Lampard’s Everton: A Safety-First Approach That May Not Ensure Safety
In a division fuelled by melodrama, there’s always a crisis going on somewhere in the Premier League. That’s never more true than during the August silly season, when the league table compulsively lies and it becomes the media’s sacred duty – for the sake of the brand – to ignore the rationalists in the corner pleading to acknowledge the small sample size.
There are plenty of crisis clubs at the moment, but arguably only one whose cowering start to the 2022-23 campaign reflects tactical flaws that stretch back to the season before – and even to the manager’s previous job.
Stretched Like a Team of Lampards
The issues plaguing Frank Lampard’s Everton, namely porousness through central midfield, have been present since his stint as Chelsea manager, when his team’s openness, passivity through the middle, and decompressed formation meant Chelsea were built in his image: a team of Lampards, roaming forward without structural or positional awareness of the counter-attacking space left behind them.
His principles at Chelsea were towards high-pressing, high-energy, high-possession football, and the underlying numbers showed he did a decent job of it, at least in his full season in charge. In 2019-20, the Blues ranked in the top five for high turnovers (175), pressed sequences (573), and PPDA (10.6), and in the top three for total 10+ open-play passing sequences (642). However, this came at a cost: too often his team were overly stretched and unable to shield against breaks.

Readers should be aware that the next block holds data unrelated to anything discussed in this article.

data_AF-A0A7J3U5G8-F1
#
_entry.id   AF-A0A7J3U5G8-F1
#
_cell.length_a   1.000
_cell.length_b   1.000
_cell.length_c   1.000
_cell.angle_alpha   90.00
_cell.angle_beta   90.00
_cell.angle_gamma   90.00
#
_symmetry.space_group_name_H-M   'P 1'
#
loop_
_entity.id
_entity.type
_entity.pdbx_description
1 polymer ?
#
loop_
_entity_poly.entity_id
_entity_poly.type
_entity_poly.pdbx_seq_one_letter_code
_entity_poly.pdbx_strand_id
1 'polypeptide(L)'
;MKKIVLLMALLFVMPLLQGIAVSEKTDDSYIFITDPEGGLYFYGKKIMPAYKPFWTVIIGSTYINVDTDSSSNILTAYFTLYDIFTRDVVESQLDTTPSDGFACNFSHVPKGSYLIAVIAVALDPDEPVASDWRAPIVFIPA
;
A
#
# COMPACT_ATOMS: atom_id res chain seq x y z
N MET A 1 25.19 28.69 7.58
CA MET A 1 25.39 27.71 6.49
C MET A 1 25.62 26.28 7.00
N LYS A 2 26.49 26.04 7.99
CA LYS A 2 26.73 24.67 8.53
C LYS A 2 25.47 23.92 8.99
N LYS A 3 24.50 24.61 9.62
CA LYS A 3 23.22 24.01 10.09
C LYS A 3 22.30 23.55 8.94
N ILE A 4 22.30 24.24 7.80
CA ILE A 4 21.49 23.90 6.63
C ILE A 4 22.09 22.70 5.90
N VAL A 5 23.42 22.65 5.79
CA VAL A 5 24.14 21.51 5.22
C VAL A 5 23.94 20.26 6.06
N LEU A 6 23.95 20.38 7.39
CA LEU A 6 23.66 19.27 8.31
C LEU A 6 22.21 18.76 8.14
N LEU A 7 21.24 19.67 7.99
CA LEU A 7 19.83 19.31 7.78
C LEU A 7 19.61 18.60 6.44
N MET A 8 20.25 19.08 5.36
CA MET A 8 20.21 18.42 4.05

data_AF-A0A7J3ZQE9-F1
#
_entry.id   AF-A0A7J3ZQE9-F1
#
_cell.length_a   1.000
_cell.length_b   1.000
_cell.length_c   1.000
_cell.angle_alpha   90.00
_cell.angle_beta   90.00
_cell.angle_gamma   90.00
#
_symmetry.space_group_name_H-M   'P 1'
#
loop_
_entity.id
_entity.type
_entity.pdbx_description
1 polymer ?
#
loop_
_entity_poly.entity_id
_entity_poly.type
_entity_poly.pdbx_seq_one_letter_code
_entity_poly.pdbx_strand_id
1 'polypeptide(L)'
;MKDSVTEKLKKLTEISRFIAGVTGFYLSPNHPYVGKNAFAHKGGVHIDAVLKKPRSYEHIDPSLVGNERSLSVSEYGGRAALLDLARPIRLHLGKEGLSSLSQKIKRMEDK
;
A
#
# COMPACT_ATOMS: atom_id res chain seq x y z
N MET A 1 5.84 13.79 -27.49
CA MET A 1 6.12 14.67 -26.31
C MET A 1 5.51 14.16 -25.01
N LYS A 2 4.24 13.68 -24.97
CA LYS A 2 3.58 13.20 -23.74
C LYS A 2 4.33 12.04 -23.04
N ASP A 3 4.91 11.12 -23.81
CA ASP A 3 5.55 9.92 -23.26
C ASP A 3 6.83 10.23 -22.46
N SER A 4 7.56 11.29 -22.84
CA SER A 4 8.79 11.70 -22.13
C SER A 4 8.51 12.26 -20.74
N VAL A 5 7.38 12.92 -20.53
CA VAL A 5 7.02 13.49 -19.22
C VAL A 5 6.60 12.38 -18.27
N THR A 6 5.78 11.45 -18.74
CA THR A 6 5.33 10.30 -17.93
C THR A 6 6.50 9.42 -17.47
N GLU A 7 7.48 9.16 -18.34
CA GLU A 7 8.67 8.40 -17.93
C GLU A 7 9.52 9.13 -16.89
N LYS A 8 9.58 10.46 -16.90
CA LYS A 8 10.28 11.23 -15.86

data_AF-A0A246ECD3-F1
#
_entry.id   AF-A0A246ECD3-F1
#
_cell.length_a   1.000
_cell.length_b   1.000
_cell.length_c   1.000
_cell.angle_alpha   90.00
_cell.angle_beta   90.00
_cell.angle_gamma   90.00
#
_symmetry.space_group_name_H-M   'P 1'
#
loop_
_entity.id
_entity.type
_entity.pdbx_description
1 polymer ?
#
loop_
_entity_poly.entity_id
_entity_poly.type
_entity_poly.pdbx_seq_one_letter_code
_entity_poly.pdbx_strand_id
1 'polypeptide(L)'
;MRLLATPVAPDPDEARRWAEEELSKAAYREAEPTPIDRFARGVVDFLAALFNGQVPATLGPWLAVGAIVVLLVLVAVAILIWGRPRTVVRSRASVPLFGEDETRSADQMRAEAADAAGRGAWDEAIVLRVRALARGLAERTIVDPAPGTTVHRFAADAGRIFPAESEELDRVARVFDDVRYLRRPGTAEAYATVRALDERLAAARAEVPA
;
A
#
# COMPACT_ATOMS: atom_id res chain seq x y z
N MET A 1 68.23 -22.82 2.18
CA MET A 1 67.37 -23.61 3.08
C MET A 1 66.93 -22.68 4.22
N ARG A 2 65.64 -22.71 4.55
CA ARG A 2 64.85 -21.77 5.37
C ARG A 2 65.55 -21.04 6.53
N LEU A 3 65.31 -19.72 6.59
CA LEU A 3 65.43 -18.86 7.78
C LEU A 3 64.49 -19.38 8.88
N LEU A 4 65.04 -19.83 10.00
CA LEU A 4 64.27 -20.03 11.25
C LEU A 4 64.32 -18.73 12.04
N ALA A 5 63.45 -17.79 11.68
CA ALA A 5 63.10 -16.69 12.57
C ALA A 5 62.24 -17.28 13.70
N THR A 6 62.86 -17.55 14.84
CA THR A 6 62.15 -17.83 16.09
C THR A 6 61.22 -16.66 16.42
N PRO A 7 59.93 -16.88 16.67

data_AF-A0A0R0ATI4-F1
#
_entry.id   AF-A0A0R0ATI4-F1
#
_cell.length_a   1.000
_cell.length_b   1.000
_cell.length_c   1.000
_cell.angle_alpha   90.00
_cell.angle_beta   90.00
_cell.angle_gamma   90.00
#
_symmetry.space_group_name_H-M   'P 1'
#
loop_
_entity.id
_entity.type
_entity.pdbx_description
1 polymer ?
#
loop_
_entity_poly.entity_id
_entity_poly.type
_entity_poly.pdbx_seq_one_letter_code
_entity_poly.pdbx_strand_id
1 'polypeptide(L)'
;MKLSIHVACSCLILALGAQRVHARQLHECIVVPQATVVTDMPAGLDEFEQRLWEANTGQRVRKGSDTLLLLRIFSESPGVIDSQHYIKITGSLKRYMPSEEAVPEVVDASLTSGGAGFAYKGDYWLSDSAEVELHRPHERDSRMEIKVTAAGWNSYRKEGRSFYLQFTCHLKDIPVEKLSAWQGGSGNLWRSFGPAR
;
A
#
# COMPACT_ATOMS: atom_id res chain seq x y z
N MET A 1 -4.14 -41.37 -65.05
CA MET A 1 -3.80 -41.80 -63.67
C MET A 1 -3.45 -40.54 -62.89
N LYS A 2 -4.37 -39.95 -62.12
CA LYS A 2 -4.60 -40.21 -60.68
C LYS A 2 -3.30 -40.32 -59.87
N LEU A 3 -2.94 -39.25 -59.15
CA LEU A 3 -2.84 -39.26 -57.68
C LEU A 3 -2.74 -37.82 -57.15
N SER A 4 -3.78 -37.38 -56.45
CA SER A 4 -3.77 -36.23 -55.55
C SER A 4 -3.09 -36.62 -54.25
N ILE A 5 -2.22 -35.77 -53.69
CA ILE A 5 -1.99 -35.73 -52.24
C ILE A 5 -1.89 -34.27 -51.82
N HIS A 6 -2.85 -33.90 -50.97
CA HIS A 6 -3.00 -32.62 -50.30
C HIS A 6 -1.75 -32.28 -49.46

This feature has only become more pronounced at Everton, even with a possession share and pressing intensity lower than at Lampard’s Chelsea.
The evidence is pretty damning. Over the period of the 2021-22 season in which Lampard was in charge, Everton ranked fourth for total ‘progressive passes against’ with 555, behind only relegated sides Burnley, Norwich City, and Watford. They topped the league for ‘progressive carries against’, with 1462, and their PPDA was 15.5, the fifth highest.
In other words, it has been remarkably easy to pass or dribble straight through this team, likely reflecting an absence of detailed coaching that would ensure the overall shape is compressed and regimented to a Premier League standard.
These figures are scarcely any different so far in 2022-23, and although, yes, while we shouldn’t look too closely at a small sample size, the data shows something very similar to last year.
Worse still, Everton’s team sequence style and zones of control graphics make for grim reading. They rank third bottom for passes per sequence (2.79) and fifth bottom for direct speed (1.29):
While their zones of control map shows how easily they are dominated in central areas:
The eye test also shows us it’s more of the same. Everton inevitably sat very deep against Chelsea, while Nottingham Forest’s direct football so far this season hid some of Everton’s weaknesses, but the 2-1 defeat to Aston Villa was a perfect example of their brittle central midfield.
The first goal resulted from John McGinn being unchallenged by an absent two-man midfield of Abdoulaye Doucouré and Alex Iwobi…
While the second goal saw Emiliano Buendía practically walk through the middle after a tackle on Amadou Onana revealed a huge gap between Everton’s defensive and midfield lines…
Dropping Back to Plug the Gaps
When he first arrived at Everton, Lampard deployed similar tactical principles as at Chelsea, only to then concede territory and introduce a pragmatic backs-against-the-wall system – with a deeper line of engagement – to grind out results in last year’s relegation scrap.